HMRC’s Strict Liability Late Self-Assessment Filing Submissions Are ‘Nothing Short of Oppressive’, Claims Tax Reform Charity.

Have you ever been fined £100 by HMRC for the late filing of your self-assessment tax return?

Have you ever thought this penalty was unfairly levied, or did you think your reasonable excuses were ignore or disregarded? Well, sadly you are not alone.

The Low Incomes Tax Reform Group claimed as many as 1 million taxpayers suffered due to HMRC’s ruling.

 

It called the automatic £100 fine for the late submission of self-assessment tax returns “nothing short of oppressive”, and is calling on HM Customs and Revenues to scrap the punitive levy.

The charity, which represents taxpayers who cannot afford accountants or professional advisers, said that many people were being fined harshly. It claimed that many taxpayers missed the deadline because of unforeseen circumstances like ill-health, bereavement, and ignorance. The Low Income Tax Reform Group also claims that, according to a recent official consultation, an additional 200,000 people missed last year’s deadline simply because they failed to press the ‘submit’ button after filing their accounts online.

The same consultation also found that the vast majority of taxpayers who complied with the deadlines experienced “a very significant amount of distress, fear, and worry” due to the acceleration of penalties that could rise from £100 to up to £1,200 in a six-month period. Perhaps the biggest criticism of all is the fact that as many as a quarter of people required to fill in self-assessment tax returns have no liability or owe less than £50 in total. What’s more, since 2012 the automatic £100 penalty for late filing has been affecting people that may even not have owed tax. In these circumstances, the calls for reform of the current system are understandable.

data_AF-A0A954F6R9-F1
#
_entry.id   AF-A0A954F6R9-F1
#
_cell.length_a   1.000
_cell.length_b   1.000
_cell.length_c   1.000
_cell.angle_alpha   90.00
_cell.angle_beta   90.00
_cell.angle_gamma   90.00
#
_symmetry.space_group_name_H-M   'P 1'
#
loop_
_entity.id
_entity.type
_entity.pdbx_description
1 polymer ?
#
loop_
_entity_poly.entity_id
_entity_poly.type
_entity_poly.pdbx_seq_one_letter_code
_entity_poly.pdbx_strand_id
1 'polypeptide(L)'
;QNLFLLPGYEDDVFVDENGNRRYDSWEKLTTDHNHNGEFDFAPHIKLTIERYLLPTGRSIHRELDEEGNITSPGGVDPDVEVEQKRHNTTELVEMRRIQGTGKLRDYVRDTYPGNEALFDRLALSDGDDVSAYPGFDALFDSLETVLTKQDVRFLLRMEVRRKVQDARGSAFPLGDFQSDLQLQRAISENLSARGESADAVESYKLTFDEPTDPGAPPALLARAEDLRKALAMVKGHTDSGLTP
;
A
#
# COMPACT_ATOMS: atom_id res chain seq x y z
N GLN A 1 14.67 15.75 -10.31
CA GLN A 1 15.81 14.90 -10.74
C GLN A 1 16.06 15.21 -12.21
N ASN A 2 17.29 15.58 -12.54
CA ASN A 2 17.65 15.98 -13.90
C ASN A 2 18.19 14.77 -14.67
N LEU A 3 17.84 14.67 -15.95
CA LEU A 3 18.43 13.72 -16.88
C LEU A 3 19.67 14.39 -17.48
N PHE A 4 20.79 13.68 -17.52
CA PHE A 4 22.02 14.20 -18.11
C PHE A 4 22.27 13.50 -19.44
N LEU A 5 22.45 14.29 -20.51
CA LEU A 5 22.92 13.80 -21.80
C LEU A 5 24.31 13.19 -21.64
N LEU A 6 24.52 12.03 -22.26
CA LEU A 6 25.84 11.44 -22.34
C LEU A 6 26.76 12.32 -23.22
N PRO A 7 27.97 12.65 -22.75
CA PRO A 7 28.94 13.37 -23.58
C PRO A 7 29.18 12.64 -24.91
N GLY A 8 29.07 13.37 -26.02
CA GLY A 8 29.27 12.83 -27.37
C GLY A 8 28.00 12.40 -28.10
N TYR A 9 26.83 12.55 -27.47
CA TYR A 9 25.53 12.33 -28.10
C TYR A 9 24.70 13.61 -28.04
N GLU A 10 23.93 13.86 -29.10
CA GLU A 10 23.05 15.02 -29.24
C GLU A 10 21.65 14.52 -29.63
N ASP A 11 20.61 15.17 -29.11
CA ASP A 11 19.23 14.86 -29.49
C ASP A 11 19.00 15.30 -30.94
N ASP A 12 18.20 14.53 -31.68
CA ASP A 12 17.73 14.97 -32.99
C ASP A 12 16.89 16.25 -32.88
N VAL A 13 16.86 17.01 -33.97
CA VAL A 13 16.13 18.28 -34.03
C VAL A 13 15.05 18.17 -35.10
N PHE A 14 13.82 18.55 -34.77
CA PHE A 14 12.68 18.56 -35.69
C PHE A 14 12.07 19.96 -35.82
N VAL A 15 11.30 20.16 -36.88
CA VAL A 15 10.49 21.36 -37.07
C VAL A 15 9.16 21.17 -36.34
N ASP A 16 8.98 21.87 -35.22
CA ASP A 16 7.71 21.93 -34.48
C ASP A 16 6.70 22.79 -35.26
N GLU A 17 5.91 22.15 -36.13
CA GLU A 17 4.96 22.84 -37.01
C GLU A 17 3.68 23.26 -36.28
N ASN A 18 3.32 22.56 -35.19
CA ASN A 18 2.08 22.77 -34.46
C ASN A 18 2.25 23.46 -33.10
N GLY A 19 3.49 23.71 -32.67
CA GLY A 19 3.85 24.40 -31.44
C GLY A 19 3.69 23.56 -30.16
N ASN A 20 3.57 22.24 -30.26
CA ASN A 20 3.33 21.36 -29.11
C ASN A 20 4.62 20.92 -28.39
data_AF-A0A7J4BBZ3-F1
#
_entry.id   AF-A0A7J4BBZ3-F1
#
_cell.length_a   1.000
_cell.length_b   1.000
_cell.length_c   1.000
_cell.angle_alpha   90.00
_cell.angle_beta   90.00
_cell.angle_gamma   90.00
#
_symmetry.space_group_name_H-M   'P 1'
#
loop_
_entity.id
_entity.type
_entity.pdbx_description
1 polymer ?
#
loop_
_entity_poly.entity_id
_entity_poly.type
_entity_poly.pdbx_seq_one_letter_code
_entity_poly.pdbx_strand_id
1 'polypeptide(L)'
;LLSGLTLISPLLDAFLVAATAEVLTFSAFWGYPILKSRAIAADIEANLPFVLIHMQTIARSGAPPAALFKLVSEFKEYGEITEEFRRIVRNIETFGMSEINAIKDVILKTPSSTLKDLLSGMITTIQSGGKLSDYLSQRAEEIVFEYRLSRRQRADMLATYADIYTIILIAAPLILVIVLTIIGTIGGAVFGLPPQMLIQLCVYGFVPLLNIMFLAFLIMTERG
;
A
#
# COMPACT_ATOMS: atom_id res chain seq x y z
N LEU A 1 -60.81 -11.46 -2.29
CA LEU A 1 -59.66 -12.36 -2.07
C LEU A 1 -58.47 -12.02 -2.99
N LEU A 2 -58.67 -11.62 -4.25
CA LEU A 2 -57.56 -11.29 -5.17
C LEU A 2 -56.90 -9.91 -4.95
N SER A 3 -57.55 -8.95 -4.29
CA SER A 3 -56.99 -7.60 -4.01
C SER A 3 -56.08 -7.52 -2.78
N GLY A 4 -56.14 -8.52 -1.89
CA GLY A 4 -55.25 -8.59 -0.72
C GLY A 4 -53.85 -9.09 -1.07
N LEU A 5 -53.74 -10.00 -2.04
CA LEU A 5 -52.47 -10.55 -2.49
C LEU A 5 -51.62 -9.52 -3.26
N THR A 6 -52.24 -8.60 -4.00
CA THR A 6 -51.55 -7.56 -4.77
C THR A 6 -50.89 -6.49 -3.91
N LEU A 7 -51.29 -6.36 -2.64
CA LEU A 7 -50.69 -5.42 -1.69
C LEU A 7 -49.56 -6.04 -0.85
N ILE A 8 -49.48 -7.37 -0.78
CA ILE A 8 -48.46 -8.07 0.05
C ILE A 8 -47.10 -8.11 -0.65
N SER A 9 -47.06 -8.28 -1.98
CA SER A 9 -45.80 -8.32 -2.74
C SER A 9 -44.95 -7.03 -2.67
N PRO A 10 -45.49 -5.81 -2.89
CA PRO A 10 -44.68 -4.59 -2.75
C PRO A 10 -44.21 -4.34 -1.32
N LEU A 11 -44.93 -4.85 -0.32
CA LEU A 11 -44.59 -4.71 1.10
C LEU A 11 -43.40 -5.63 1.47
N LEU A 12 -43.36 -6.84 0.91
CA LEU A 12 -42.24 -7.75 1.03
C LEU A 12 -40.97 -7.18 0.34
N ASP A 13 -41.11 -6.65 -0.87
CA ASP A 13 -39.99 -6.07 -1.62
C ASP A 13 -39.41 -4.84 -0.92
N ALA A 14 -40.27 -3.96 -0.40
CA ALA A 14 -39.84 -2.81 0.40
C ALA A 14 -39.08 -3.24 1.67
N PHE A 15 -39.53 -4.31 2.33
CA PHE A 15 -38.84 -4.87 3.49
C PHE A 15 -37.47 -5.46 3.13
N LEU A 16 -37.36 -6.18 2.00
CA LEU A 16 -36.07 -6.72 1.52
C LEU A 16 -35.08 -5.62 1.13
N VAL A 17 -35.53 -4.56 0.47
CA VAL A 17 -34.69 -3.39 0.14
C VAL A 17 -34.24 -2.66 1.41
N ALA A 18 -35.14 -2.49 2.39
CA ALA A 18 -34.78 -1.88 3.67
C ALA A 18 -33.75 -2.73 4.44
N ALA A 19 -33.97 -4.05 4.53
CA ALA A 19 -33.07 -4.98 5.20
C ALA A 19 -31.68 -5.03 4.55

The Low Incomes Tax Reform Group is therefore calling for more financial help, citing the fact that charities such as TaxAid and Tax Help for Older People are seeking £250,000 in additional funding to handle the growing demand for their services – having turned away more than 6,000 taxpayers last year.

Has HMRC actually taken on board any of these criticisms?

 

Well, it’s perhaps too soon to judge. However, HMRC has been taking a broader look at the automatic fine/ late penalty submission system. In February, HMRC revealed plans to ascertain “whether we could better differentiate between deliberate and persistent non-compliers, and those who might make an occasional error for whom alternative interventions are more appropriate”.

The tax authority added there are “’reasonable excuse’ provisions that can remove penalties, but the rules may need updating to better support those genuinely wanting to comply”.

If you’d like any further information on the self-assessment system or late payment penalties, call Steven Glicher & Co accountants on 0161 405 8007 or email info@stevenglicher.co.uk.

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